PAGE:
The Double Falsehood of Double Falsehood
A respected edition of Shakespeare self-destructively tries to "extend the brand."
You know the famous line from Hamlet,"Get thee to a nunnery?" Of course you do. But what about this line, from an allegedly "Shakespearean" play that has been slouching toward the Shakespeare canon, a play called Double Falsehood:
"Tell me the way to the next nunnery."
Please. Is Shakespeare going to diminish his original wrathful "Get thee to a nunnery" with this clunker? And consider the context: The fellow who speaks the line is in the middle of a barren sheepherder landscape where nunneries are hardly thick on the ground. "Next nunnery" indeed—as though you find them as frequently as Burger Kings. For me, reading "Tell me the way to the next nunnery"—with its irresistible link in my mind to the Doors' "Show me the way to the next whiskey bar"—dealt a final blow to the Shakespearean pretentions of Double Falsehood. It sounds suspiciously like an inept attempt to give a "Shakespearean touch" to a profoundly worthless, virtually incoherent play which now, alas, is gaining new respectability.
Yes, in a decision not widely noted outside the inner circle of Shakespearean scholars, Arden, the publisher of legendary, erudite, footnote-laden editions of Shakespeare's works, has decided to include Double Falsehood in the latest edition of the Arden Shakespeare. This move is "brand extension" that demonstrates yet another triumph of marketing over art. And one that will have lasting—and unfortunate—consequences for the reputations of both Arden and, alas, Shakespeare as well.
Indeed, even the person who wrote the introduction to this edition sounds, after 160 labored pages, a bit embarrassed about the decision to include the play, pointedly giving the last word to a prominent doubter of the whole enterprise. It seems that the poor editor, Brean Hammond, attended a recent colloquium on Double Falsehood and heard an extremely "skeptical presentation" by the highly regarded Shakespeare scholar Tiffany Stern. * And so, Hammond concludes, obviously fearful of embarrassment: "Stern built up a case [against Shakespearean authorship] convincing enough to render any editor of the play cautious and cautious is what I hope this edition has been." Cautious Hammond may have been, but cautious Arden has not been: There on the top banner of the front cover of the Double Falsehood we read The Arden Shakespeare. Not The Arden May-Have-Some-Shakespeare-in-It Shakespeare.
The stakes are high: By peddling this old carcass as meaningfully "Shakespearean," Arden does a disservice not just to Shakespeare but to all future innocents who come to the Shakespeare section of Barnes & Noble, say, and have the misfortune to pick up this piece of … fraudulence first. And having read it, never return for the real thing.
But such are the economics of "scholarly" publishing. I'm sure some marketing genius realized Arden could "monetize" the rags and tatters at the fringe of the Bard's canon—the "dubia" as the scholars call such doubtfully, partially, even fraudulently "Shakespearean" works—and capitalize on the controversy. By publishing Double Falsehood, Arden stands to gain attention and cash, with lucrative course assignments for the "long lost Shakespeare"—and more lucre from credulous Bardolator completists.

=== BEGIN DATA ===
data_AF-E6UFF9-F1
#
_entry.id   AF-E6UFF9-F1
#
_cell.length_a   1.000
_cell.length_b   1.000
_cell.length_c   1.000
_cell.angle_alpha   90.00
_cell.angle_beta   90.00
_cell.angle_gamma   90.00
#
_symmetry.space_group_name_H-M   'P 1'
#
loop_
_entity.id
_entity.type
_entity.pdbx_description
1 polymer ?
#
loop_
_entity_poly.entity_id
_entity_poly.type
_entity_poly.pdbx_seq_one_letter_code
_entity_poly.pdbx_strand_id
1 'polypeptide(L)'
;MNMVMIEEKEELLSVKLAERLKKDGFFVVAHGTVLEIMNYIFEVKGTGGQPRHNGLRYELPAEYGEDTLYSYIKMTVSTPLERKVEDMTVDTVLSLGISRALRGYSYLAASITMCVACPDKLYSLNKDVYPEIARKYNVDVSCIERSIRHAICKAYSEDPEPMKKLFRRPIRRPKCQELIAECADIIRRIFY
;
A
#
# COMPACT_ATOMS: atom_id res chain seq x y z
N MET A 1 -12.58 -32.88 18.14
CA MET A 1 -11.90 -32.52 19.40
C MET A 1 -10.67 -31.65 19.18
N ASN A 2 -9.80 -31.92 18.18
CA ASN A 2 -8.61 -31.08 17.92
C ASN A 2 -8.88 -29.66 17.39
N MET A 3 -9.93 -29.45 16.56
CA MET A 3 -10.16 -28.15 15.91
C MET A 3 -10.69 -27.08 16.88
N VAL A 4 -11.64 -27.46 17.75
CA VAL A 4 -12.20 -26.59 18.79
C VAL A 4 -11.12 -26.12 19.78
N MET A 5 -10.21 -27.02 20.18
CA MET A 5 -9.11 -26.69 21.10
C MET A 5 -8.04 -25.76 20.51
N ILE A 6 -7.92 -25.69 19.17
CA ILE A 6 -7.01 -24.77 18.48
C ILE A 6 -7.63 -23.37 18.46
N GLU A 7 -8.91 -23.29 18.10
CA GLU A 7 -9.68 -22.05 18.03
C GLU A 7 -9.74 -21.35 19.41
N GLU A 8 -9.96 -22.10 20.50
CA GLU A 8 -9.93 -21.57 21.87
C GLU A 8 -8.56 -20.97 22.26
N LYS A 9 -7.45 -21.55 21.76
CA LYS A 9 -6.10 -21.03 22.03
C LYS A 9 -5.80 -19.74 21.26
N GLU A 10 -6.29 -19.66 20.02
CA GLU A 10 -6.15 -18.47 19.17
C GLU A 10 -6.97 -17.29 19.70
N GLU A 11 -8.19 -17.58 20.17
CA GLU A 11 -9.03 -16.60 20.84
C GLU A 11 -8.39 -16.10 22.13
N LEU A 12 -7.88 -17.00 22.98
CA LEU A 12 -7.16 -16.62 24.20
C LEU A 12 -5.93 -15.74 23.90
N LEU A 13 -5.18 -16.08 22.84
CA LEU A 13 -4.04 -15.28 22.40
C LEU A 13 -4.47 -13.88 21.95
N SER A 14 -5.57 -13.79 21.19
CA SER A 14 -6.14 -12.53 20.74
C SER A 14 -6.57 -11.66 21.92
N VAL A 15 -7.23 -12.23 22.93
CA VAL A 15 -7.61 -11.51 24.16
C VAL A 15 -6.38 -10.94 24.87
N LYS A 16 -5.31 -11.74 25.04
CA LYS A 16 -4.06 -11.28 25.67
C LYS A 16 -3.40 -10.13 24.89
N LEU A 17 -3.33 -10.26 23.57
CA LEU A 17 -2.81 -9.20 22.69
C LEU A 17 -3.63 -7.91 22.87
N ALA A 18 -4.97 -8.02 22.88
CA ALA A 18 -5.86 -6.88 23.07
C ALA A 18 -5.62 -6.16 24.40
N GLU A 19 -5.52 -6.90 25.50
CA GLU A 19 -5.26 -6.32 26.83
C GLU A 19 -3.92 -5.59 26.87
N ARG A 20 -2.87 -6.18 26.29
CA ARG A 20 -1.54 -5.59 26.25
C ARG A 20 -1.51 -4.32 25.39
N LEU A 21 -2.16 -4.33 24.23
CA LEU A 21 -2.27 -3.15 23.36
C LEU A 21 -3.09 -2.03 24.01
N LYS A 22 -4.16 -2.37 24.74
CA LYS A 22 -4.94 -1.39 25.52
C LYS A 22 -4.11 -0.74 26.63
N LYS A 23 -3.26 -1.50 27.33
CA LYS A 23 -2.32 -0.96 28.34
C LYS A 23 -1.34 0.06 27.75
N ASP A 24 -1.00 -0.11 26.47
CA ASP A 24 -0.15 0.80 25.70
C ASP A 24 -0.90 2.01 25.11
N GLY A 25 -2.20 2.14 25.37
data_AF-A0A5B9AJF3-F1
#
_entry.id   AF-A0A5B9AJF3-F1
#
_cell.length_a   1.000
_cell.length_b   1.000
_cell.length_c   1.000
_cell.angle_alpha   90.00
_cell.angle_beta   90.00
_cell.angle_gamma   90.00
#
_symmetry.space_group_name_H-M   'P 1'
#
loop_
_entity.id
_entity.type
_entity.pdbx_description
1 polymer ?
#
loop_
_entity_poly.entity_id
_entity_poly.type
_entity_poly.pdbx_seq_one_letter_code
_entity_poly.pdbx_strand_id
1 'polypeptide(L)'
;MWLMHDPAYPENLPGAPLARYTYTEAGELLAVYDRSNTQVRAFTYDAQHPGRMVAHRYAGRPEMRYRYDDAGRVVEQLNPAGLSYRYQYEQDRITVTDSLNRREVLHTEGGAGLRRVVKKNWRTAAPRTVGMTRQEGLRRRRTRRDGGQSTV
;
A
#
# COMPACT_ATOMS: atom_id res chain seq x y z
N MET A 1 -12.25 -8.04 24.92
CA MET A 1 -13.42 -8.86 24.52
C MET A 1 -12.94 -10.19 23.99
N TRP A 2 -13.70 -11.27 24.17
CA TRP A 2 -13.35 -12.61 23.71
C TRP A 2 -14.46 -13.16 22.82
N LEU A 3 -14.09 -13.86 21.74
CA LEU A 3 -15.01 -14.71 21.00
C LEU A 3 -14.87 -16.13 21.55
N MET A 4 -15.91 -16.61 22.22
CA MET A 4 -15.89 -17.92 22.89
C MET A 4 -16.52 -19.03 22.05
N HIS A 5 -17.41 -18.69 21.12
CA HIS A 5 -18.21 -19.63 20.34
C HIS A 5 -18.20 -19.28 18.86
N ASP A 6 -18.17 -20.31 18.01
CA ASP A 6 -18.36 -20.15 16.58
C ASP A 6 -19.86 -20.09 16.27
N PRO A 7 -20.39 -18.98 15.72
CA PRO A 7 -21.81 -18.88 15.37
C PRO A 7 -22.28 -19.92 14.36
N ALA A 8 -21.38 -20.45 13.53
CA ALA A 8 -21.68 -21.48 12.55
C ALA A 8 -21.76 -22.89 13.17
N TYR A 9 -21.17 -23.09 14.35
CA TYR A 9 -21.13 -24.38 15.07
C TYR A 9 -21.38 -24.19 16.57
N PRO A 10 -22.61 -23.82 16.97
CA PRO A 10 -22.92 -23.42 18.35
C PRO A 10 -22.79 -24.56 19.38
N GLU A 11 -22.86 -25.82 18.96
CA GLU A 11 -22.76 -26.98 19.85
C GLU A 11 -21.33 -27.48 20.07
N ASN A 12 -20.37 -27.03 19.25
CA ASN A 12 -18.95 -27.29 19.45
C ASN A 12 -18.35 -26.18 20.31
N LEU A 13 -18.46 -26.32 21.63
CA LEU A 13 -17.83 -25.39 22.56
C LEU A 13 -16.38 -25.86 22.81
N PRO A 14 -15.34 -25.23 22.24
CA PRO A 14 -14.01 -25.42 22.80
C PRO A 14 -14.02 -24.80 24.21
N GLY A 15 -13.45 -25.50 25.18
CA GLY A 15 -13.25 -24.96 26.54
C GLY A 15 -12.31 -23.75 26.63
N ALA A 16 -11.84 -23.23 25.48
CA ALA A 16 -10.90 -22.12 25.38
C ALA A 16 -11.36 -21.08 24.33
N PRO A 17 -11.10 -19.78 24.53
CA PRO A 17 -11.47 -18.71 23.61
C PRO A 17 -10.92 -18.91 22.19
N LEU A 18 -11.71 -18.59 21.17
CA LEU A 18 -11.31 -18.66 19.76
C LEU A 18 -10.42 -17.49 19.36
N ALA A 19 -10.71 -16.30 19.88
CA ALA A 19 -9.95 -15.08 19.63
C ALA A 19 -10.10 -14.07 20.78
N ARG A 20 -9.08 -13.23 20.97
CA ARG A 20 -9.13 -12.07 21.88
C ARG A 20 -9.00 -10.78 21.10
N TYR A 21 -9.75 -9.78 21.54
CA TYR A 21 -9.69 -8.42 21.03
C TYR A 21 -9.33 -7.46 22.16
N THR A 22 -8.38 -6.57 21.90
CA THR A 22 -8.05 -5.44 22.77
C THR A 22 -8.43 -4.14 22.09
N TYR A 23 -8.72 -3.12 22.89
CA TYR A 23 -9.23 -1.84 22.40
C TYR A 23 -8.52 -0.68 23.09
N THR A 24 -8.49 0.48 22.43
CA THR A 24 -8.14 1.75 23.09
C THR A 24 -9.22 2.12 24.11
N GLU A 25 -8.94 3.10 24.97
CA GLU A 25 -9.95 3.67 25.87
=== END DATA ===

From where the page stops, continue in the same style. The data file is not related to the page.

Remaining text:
As I recount in my book The Shakespeare Wars, something similar, and disastrous, happened back in 1997 in a shameful episode when not one, not two, but three American scholarly editions of Shakespeare's "complete works" hastily found excuses to include a "new," supposedly Shakespearean discovery—the wretched 578-line "Funeral Elegy," whose Shakespearean provenance is now discredited. At the time, the poem was being hawked as authentic Shakespeare by Vassar professor Donald Foster. Although the three publishers found different ways of distancing themselves from full endorsement of the "Funeral Elegy" canonization, commerce beat out art: None of them wanted to be left out when their salesmen hit the road with the new editions. It was five years before the awful poem's Shakespearean provenance was decisively discredited. Five years in which hapless students were forced to read fraudulent Shakespeare. It should have been a crime to make anyone read that poem under any name.
Sad that Arden didn't learn anything from that over-hasty attempt to cash in on a false canonization. But all hope is not lost. The shameless usurpation of literature by marketing that this Arden Double Falsehood edition represents has roused the sleeping ire of the Shakespeare Cop. It's time to step in and bust another Shakespeare fraud.
The Shakespeare Cop? That would be me, a role I have reluctantly assumed, thanks in part to the theory-addled indolence of (most) American academics in the face of egregious Shakespearean fraud. (One gets the feeling many of them they don't really like or understand what makes Shakespeare exceptional, so they don't bother to take exception to—or even recognize—fake Shakespeare.) For those who have not read the full saga of my relentless crusade against the abominable "Funeral Elegy": I was virtually alone in America, in crying foul against Foster's supposedly "computer database"-backed attribution. It was a lonely five years before the professor was forced to apologize when a French academic and a British academic riddled the attribution with enough gaping holes to force the "Funeral Elegy" professor to give it up for dead. (The Shakespeare cop depended on his exquisitely honed sensitivity to language alone to contravene the supposed "computerized" proof of authenticity. Sort of like John Henry vs. the steam engine.)
Ron Rosenbaum is the author of The Shakespeare Wars and Explaining Hitler. His latest book is How the End Begins: The Road to a Nuclear World War III.
Illustration by Charlie Powell.